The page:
- Jobs where team managers have the major task to decide on priorities for the team and fight with other discipline team managers on priorities. In a digital environment, empowered employees will understand conflicting activities and they will be able to discuss and decide immediately with the relevant people. No need for an intermediate layer of people handling escalations only. It is true that this modern approach requires a different management style and people who can deal with being empowered. In general, empowered people feel more motivated that employees who are just doing what their managers tell them to do. The business change from hierarchical and siloed organizations towards networked organizations is critical and challenging – all depending on trust and the right change management.
- The classical fire-fighters. At first glance they are considered as crucial as they solve all the issues with great energy, do not run away when work needs to be done and make it happen. From the management perspective, these people are blocking change as they flourish from the chaos and do not fix or prevent new issues coming up.
For all other people in the company, digital PLM should bring relief – see the Gartner quote below.
Digital business jobs imply spending less time in searching for information. Less work in a reactive mode as information in the right context in real-time will be available. End to end visibility of information combined with transparency will lead to higher performance and motivation. It requires changing behaviors, motivation must come from the inspiration of the management and the understanding that your company is becoming more flexible and more competitive than before. And for that reasons keeping you in business and providing you an interesting place to work.
Conclusion: Do not use PLM to improve efficiency only and ROI discussions. There is a strategic need to be ready and stay in business for the future. Modern PLM is an enabler, however, requires a vision, inspiring communication and a path for employees to be empowered.
I am curious about your opinion – will this happen to your company / industry?
Two weeks ago I got this message from WordPress, reminding me that I started blogging about PLM on May 22nd in 2008. During some of my spare time during weekends, I began to read my old posts again and started to fix links that have been disappearing.
Initially when I started blogging, I wanted to educate mid-market companies about PLM. A sentence with a lot of ambiguities. How do you define the mid-market and how do you define PLM are already a good start for a boring discussion. And as I do not want to go into a discussion, here are my “definitions”
Warning: This is a long post, full of generalizations and a conclusion.
PLM and Mid-market
The mid-market companies can be characterized as having a low-level of staff for IT and strategic thinking. Mid-market companies are do-ers and most of the time they are good in their domain based on their IP and flexibility to deliver this to their customer base. I did not meet mid-market companies with a 5-year and beyond business vision. Mid-market companies buy systems. They bought an ERP system 25-30 years ago (the biggest trauma at that time). They renewed their ERP system for the Y2K problem/fear and they switched from drawing board towards a 2D CAD system. Later they bought a 3D CAD system, introducing the need for a PDM system to manage all data.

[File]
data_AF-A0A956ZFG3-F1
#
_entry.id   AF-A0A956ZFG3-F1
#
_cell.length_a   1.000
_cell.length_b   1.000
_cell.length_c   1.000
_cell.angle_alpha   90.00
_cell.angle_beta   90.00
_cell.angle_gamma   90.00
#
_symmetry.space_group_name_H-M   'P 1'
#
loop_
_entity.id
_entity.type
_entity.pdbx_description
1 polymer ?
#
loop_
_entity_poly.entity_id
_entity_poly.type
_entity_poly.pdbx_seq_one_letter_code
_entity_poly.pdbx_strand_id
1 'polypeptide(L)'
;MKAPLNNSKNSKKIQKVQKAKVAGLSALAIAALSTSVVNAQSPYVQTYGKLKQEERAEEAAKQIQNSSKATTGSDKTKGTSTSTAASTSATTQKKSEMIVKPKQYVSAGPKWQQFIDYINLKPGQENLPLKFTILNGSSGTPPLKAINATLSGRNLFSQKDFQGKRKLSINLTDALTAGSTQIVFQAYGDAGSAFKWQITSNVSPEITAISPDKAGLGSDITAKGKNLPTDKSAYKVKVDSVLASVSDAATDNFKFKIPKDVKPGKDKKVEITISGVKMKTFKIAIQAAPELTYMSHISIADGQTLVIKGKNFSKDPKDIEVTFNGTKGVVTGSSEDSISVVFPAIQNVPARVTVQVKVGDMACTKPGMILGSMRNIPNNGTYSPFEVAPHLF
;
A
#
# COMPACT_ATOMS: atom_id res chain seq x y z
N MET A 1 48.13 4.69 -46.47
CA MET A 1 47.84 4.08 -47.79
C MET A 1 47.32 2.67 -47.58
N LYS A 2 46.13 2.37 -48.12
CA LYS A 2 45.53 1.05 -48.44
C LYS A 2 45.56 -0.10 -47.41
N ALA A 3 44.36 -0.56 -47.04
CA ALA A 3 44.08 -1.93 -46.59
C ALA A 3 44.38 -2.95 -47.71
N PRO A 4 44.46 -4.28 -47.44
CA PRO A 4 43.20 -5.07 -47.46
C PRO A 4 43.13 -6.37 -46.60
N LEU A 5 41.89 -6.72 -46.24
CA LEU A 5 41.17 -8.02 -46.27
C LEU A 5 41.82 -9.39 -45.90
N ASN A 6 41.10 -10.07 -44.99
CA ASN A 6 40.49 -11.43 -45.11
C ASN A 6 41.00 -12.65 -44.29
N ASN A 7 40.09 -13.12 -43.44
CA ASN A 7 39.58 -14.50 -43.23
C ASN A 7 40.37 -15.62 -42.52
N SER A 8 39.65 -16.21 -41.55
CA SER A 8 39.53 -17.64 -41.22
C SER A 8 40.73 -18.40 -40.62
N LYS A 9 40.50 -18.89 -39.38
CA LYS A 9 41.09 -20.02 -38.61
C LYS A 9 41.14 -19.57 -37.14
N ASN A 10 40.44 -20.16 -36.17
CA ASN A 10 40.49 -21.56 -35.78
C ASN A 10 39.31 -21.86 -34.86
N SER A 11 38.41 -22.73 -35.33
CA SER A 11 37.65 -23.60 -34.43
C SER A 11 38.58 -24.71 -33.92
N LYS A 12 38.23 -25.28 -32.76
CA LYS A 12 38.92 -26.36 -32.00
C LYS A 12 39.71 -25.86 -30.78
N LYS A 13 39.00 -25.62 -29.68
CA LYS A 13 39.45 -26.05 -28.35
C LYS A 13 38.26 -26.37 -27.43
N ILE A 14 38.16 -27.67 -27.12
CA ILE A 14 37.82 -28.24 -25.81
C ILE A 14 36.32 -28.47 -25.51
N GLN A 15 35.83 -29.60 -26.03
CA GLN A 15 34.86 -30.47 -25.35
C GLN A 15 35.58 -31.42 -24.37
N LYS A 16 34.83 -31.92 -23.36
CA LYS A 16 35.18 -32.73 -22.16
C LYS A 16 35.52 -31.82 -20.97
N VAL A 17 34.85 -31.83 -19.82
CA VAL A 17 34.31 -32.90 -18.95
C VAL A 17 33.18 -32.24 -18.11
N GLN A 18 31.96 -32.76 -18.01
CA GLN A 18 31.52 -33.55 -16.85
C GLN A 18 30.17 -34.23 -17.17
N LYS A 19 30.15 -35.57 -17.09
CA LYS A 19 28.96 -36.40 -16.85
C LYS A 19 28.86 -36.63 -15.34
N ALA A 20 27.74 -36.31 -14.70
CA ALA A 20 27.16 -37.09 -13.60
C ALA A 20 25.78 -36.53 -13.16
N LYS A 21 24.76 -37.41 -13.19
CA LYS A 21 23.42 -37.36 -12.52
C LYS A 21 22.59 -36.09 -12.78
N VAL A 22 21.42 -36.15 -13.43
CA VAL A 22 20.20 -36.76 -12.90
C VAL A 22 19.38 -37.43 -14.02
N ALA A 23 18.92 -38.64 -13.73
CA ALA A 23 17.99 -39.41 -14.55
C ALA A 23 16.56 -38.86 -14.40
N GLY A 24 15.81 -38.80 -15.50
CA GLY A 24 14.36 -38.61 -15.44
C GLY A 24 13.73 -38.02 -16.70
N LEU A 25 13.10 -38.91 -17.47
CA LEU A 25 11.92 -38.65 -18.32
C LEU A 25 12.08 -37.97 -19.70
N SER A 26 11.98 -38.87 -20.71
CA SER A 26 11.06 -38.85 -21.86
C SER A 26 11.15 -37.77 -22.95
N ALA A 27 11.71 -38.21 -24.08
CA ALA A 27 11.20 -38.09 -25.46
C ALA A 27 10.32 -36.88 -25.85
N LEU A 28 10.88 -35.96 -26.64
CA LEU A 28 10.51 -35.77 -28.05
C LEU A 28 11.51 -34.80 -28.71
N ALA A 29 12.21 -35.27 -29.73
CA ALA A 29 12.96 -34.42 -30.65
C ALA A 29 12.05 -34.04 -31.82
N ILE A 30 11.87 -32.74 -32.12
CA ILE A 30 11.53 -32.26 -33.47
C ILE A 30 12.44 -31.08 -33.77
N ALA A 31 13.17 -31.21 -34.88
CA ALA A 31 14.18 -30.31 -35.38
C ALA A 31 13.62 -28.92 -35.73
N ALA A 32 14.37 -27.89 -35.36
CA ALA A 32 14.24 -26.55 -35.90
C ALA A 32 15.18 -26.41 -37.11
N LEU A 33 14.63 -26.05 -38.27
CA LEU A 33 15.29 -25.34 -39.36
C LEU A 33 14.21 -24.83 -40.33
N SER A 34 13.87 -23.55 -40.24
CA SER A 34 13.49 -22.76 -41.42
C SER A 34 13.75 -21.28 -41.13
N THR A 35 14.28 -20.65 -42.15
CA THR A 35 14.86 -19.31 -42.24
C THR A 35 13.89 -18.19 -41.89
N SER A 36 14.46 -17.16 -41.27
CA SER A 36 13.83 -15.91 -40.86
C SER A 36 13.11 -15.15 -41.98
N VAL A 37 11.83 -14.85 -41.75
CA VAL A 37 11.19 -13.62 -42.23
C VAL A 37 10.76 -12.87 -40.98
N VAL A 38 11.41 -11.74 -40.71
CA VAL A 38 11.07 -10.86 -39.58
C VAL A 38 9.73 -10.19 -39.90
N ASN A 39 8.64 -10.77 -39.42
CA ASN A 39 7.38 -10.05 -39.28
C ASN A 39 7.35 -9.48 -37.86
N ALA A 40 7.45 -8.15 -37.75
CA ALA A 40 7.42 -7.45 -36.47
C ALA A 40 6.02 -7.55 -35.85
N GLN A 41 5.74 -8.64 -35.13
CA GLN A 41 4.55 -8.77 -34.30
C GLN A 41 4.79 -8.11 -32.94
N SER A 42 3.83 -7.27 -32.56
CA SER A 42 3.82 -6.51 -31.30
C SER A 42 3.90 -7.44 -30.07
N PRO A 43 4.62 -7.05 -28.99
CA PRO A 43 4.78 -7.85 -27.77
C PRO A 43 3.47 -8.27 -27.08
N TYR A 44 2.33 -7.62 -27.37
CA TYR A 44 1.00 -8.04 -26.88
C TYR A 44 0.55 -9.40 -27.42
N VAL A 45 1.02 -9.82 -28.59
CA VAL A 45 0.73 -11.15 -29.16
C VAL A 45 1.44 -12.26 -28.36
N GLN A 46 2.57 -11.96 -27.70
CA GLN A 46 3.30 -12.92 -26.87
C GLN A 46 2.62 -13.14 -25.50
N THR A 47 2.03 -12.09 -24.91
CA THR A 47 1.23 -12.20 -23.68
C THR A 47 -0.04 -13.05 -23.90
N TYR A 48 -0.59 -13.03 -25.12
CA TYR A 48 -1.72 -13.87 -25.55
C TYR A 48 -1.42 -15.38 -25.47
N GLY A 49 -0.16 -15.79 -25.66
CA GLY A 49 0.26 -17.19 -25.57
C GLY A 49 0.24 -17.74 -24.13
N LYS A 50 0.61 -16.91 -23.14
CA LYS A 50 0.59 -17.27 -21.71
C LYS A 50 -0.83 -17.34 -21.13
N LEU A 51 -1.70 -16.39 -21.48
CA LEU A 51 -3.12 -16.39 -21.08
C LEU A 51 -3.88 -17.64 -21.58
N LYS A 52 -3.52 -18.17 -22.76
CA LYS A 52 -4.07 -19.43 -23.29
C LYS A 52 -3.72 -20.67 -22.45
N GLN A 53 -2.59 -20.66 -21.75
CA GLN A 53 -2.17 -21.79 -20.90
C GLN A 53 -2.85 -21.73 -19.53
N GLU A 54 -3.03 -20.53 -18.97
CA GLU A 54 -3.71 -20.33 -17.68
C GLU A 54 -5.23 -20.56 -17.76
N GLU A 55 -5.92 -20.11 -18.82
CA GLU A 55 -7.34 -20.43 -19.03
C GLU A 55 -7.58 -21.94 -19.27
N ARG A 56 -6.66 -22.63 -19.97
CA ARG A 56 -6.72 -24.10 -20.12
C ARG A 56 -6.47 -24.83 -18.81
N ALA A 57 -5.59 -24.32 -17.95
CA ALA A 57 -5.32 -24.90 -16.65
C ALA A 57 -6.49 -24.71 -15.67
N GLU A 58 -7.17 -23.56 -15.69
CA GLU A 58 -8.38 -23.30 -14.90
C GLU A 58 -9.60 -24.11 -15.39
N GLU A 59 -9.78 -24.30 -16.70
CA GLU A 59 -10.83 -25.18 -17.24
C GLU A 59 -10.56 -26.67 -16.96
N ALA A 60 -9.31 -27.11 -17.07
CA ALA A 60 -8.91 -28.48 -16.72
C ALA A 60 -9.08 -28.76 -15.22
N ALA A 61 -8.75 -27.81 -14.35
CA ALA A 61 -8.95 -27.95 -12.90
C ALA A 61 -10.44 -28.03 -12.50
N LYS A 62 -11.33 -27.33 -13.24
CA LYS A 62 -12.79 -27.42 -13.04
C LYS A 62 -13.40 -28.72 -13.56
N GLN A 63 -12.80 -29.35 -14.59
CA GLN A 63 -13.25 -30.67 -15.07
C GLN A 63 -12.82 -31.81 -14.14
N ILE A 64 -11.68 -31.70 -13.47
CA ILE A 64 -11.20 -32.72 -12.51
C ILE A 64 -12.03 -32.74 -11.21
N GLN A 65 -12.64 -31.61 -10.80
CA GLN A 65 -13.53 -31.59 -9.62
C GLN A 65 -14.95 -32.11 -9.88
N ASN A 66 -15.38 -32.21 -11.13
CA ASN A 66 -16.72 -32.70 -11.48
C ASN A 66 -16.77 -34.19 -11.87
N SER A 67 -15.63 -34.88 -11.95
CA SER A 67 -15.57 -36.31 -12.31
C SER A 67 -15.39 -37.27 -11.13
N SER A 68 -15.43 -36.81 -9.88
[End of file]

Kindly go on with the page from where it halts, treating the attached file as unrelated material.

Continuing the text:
PLM is for me a vision, a business approach supported by an IT-infrastructure that allows companies to share and discover and connect product related information through the whole lifecycle. PLM enables companies to react earlier and better in the go-to-market process. Better by involving customer inputs and experience from the start in the concept and design phases. Earlier thanks to sharing and involving other disciplines/suppliers before crucial decisions are made, reducing the amount of iterations and the higher costs of late changes.
Seven years ago I believed that a packaged solution, combined with a pre-configured environment and standard processes would be the answer for mid-market companies. The same thought currently PLM vendors have with a cloud-based solution. Take it, us it as it is and enjoy.
Here I have changed my opinion in the past seven years. Mid-market companies consider PLM as a more complex extension of PDM and still consider ERP (and what comes with that system) as the primary system in the enterprise. PLM in mid-market companies is often seen as an engineering tool.
LESSON 1 for me:
The benefits of PLM are not well-understood by the mid-market
To read more:
Globalization and Education
In the past seven years, globalization became an important factor for all type of companies. Companies started offshoring labor intensive work to low-labor-cost countries introducing the need for sharing product data outside their local and controlled premises. Also, acquisitions by larger enterprises and by some of the dominant mid-market companies, these acquisitions introduced a new area of rethinking. Acquisitions introduced discussions about: what are real best practices for our organization? How can we remain flexible, meanwhile adapt and converge our business processes to be future ready?
Here I saw two major trends in the mid-market:
Lack of (PLM) Education